Greenpeace releases the Canned Tuna Shopping Guide for 2015
Learn which brands should be avoided and which are making a sincere effort to provide ocean-safe options, then vote with your wallet.
Greenpeace has released its first-ever Canned Tuna Shopping Guide, assessing 14 well-known brands sold in the United States. Its conclusion is alarming: the majority of tuna sold and consumed in the U.S. fails to meet fundamental sustainability standards.
Greenpeace looked at sourcing and fishing practices – whether a brand can trace its product all the way back to the sea (which a surprising number of them cannot), and how the tuna are caught (if it harms other marine animals and creates bycatch and if companies avoid shark finning).
Six brands received passing scores – Wild Planet, American Tuna, Ocean Naturals, Whole Foods, Hy-Vee, and Trader Joe’s. The first three brands show a real commitment to sustainable fishing practices, while the latter three are good, but still need to improve supply chain transparency, do more to avoid destructive fisheries, and cement social responsibility policies.
Eight brands failed the assessment. In order of least offensive to worst, these are Safeway, Costco, Target, Walmart, Chicken of the Sea, Bumble Bee, Kroger, and StarKist. These brands should be avoided always, as they use questionable fishing practices that needlessly kill sharks, turtles, and rays, and have no commitment to avoiding human rights abuses among employees, which in the worst cases can include slavery. Some even source their tuna from unhealthy stocks.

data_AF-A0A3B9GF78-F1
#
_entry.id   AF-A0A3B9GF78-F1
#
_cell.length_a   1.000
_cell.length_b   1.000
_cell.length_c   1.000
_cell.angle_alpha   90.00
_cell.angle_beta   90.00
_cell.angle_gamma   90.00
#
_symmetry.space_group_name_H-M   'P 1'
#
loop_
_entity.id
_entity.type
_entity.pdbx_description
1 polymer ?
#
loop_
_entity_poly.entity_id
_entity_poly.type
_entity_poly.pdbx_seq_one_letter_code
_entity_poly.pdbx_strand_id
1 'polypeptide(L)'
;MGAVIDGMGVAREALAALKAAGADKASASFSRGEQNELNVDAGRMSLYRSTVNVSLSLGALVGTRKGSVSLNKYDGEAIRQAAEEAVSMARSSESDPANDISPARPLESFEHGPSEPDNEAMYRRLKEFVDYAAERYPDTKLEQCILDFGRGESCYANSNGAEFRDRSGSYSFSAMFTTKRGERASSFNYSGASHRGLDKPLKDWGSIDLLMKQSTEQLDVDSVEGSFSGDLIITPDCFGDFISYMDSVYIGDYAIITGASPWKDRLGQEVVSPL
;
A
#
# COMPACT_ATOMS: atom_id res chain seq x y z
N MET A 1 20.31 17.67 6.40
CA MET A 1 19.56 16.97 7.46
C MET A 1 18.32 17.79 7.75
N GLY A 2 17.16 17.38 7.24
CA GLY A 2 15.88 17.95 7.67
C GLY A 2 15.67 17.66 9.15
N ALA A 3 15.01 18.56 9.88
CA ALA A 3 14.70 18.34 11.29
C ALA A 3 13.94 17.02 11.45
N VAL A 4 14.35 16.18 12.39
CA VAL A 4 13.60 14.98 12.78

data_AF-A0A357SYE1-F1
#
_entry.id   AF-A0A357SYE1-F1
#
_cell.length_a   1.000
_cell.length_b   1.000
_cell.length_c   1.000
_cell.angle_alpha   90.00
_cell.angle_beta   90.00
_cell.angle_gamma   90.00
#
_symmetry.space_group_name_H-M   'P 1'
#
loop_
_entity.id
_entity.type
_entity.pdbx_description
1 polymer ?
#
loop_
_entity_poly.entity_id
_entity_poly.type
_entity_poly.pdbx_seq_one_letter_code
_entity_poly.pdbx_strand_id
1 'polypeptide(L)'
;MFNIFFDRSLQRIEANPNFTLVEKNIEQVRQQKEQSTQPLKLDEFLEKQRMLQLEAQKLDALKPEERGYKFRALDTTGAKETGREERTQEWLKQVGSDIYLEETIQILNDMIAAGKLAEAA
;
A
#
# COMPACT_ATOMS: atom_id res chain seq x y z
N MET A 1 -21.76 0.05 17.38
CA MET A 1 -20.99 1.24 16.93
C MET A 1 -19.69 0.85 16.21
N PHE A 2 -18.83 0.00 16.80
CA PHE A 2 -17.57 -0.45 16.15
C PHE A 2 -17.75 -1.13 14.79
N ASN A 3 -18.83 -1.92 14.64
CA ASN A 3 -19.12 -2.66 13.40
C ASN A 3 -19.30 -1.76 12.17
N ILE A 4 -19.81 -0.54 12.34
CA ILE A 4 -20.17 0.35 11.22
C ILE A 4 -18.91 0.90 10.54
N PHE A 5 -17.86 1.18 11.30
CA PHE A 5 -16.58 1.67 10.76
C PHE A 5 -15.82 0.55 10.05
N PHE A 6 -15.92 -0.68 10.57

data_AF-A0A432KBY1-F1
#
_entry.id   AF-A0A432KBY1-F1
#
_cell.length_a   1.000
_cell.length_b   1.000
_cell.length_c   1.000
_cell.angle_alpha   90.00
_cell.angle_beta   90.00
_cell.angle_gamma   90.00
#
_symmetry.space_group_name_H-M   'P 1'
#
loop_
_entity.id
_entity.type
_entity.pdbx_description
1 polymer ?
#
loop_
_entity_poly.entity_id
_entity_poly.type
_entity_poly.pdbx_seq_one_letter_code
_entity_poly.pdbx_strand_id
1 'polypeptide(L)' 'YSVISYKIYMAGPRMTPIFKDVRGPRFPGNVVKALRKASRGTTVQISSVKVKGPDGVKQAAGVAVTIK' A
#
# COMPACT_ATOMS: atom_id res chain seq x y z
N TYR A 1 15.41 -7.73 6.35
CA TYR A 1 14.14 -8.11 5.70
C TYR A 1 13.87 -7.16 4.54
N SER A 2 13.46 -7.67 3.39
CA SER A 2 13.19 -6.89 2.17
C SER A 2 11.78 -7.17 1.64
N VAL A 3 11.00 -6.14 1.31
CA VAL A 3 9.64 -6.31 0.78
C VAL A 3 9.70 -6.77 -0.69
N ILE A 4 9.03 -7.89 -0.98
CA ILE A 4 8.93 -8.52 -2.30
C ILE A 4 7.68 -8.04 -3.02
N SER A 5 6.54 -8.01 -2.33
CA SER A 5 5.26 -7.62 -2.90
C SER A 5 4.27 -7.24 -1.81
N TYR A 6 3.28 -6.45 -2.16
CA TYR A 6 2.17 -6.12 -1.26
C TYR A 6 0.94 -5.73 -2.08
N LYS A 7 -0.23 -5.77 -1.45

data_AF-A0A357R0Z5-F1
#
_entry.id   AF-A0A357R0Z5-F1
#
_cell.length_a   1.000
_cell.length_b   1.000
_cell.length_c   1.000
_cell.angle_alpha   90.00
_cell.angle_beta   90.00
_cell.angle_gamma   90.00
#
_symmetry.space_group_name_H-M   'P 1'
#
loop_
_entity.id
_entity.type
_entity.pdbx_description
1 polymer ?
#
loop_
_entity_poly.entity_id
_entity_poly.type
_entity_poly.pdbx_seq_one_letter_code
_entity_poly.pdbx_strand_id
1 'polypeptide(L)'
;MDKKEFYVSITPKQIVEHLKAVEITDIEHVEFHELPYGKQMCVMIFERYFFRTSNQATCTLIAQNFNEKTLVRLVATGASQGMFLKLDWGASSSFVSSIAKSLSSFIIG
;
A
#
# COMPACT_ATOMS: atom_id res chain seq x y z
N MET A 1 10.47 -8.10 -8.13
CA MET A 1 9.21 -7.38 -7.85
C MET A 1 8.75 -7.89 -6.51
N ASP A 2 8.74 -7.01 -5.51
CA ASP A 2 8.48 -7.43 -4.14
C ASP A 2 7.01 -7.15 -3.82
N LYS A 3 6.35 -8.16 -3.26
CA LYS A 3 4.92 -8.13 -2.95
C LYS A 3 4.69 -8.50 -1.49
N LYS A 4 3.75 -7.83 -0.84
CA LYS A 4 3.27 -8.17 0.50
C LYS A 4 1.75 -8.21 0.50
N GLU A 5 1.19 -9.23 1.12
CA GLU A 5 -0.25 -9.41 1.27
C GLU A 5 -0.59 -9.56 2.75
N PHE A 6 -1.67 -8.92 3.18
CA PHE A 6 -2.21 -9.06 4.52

Greenpeace Seafood Markets Lead Graham Forbes urges U.S. consumers, who make up the world’s biggest market for canned tuna, to pay attention to where fish comes from: “Consumers should know that popular and trusted canned tuna brands are contributing to ocean destruction at an alarming rate.”
Look at what’s printed (and not printed) on labels. Marine Stewardship Council (MSC) certification is a good logo to look for, guaranteeing traceability and third party auditing. Unfortunately “dolphin safe” does not mean that other marine animals haven’t been harmed in the process, so it’s not enough to go by.
You can find the full Greenpeace Canned Tuna Guide here.